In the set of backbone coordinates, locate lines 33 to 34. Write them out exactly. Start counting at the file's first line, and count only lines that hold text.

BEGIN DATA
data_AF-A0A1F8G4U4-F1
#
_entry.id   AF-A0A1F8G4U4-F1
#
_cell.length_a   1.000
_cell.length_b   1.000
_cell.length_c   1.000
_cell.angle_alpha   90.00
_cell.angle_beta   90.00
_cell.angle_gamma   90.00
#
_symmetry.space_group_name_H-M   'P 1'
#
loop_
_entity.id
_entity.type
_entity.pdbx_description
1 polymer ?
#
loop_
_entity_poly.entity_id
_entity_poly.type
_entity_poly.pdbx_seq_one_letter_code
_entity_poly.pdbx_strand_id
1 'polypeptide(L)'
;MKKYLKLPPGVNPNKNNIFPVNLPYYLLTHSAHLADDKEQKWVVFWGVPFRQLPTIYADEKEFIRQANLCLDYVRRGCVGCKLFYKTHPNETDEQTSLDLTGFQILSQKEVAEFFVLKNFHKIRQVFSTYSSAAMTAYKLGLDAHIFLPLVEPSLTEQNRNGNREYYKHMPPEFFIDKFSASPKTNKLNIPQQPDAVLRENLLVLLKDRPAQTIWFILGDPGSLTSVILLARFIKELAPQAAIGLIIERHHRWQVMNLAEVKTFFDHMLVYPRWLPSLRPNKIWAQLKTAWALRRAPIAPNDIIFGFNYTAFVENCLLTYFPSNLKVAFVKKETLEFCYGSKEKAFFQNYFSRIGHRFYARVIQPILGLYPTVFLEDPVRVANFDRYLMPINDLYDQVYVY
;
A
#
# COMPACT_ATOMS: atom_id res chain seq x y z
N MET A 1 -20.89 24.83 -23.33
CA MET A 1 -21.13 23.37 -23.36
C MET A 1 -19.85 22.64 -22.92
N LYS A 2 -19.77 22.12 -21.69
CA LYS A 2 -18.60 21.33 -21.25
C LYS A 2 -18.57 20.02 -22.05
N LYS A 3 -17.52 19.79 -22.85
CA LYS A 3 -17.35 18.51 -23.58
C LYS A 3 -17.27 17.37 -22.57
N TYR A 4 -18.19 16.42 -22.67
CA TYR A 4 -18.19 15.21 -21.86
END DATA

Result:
C MET A 1 -19.85 22.64 -22.92
N LYS A 2 -19.77 22.12 -21.69